When asked how long we’ll be in Iraq, President Bush invariably replies, “As long as it takes.” And when asked how much the war will cost, he replies to the effect that we will provide whatever our men and women need to fight that war.
Further down the ladder, however, administration officials have to make more precise estimates as to the cost and manpower needs of the war in Iraq and Afghanistan. This week the administration disclosed some of those figures.
To the question of how much and how much longer, the answer is at least another $160 billion and at least another two years.
In a briefing this week, the Army’s top operations officer said that plans call for U.S. strength to remain at 120,000 Army troops at least through the end of 2006. There are 150,000 U.S. military now, the number bulked up for Sunday’s elections.
As for the cost, the Bush administration next month will ask for an additional $80 billion, most of it – $75 billion – to cover Army operations in Iraq. That’s on top of $25 billion approved last summer, bringing the cost of the war for this fiscal year, ending Sept. 30, to $105 billion. This money is separate from and in addition to the main Defense budget.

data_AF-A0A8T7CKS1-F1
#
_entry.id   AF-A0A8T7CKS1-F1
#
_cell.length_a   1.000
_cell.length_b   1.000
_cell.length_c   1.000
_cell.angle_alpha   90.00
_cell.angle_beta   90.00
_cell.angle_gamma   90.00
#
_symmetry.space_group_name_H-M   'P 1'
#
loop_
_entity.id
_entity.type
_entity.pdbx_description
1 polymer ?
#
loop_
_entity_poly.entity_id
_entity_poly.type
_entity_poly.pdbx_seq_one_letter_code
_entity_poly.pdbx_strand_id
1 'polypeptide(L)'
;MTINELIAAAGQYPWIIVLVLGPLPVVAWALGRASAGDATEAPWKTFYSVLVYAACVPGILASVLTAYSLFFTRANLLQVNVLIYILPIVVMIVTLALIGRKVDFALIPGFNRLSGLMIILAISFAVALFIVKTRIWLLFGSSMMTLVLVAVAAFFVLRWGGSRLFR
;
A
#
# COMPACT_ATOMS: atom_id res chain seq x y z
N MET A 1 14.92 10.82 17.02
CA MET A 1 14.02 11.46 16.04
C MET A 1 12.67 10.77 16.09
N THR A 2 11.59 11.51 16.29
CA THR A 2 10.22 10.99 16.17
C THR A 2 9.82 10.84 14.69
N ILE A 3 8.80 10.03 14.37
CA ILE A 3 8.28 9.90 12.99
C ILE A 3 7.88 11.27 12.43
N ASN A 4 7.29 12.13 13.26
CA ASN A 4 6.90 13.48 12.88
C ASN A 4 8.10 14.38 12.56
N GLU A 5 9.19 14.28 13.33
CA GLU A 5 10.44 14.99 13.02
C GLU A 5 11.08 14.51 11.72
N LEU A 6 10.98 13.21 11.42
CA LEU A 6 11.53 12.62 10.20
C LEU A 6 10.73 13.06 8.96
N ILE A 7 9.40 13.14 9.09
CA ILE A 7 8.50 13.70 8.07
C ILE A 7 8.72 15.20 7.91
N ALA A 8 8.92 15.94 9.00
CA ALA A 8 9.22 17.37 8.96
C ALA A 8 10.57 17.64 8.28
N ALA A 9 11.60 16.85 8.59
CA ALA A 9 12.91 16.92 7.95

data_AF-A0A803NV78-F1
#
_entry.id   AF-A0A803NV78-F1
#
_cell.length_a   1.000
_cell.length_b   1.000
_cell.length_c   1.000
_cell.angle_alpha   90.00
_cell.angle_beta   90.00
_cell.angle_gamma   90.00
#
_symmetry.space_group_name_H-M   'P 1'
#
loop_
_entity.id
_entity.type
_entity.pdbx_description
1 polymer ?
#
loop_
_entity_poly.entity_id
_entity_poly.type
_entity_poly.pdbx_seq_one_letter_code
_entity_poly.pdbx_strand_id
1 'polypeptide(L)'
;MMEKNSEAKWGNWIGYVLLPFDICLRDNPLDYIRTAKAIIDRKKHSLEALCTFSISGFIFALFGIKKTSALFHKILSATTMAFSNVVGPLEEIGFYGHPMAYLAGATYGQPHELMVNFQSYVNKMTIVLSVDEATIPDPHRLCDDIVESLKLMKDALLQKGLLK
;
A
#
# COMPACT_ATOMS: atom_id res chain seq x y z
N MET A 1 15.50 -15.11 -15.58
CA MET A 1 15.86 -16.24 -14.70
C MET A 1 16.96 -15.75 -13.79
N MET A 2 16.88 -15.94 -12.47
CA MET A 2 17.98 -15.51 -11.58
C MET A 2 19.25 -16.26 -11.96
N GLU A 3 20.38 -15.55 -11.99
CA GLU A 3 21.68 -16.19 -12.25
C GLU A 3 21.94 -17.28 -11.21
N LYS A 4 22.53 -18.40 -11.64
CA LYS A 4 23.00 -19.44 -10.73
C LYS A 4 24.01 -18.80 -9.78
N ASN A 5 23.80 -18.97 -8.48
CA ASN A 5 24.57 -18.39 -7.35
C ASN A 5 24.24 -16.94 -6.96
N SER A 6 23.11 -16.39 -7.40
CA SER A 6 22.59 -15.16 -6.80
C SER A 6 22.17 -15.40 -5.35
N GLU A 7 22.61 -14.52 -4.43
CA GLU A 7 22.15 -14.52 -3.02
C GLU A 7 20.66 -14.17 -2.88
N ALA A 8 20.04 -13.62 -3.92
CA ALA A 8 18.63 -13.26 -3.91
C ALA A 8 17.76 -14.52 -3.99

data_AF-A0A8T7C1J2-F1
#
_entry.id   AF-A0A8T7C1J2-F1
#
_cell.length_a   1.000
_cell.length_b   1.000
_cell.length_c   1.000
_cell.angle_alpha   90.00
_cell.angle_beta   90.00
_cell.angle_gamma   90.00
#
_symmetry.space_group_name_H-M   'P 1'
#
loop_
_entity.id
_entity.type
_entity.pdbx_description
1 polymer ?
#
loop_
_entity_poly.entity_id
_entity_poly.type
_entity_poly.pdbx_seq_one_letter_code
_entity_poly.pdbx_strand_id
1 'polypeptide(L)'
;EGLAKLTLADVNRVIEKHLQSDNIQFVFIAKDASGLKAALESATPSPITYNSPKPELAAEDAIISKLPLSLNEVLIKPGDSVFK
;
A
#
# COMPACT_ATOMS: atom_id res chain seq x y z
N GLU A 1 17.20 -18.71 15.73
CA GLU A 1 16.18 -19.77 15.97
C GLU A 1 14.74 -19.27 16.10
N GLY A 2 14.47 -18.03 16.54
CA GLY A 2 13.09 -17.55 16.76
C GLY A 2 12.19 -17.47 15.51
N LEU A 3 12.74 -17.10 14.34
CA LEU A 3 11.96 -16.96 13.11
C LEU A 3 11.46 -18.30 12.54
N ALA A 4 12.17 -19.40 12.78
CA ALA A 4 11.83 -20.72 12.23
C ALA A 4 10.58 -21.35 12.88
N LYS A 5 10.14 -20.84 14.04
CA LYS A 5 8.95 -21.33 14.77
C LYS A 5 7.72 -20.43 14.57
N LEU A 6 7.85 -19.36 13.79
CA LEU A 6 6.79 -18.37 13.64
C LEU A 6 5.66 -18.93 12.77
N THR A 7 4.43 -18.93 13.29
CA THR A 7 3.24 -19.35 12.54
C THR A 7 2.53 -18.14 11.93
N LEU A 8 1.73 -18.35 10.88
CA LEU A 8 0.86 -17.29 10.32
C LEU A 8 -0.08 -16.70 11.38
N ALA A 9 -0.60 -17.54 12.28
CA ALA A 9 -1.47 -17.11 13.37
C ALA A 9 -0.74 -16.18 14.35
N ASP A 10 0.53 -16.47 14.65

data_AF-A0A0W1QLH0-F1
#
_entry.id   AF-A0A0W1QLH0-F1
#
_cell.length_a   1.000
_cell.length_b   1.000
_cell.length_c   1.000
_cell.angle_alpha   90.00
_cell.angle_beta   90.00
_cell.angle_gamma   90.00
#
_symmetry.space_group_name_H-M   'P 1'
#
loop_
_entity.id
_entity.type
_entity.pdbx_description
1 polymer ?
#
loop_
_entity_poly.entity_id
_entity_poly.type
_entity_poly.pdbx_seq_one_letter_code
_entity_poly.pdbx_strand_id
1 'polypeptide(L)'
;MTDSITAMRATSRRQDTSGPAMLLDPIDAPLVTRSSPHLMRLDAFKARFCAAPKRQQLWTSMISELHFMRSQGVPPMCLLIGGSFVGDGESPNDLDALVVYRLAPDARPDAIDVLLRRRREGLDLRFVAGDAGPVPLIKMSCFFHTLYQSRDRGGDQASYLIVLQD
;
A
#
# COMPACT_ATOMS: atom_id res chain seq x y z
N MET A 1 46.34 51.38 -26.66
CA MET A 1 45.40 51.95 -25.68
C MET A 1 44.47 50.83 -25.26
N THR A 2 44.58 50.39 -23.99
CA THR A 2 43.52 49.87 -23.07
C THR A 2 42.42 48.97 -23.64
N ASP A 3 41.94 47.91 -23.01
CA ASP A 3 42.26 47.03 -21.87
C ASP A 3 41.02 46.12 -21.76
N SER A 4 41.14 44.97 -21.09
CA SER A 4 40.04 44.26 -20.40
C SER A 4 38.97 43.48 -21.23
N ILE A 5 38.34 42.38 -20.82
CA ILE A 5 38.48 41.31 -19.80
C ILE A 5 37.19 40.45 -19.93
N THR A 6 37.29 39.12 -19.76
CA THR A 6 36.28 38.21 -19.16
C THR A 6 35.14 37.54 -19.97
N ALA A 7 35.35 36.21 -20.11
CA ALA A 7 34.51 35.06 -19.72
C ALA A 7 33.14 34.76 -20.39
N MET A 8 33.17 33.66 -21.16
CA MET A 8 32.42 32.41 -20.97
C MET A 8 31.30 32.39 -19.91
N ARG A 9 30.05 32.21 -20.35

The total cost of the military war on terror is now over $300 billion, and the administration indicated it will likely ask for another $80 billion in 2006.
The Congressional Budget Office this week estimated that if the war does begin winding down after 2006 the war costs will have added $590 billion to the deficit over the next decade.
It is perhaps uncharitable to recall how the White House slapped down Bush’s then chief economic adviser, Lawrence Lindsey, for speculating that the war could cost between $100 billion and $200 billion.
(Contact Dale McFeatters at McFeattersD(at)SHNS.com)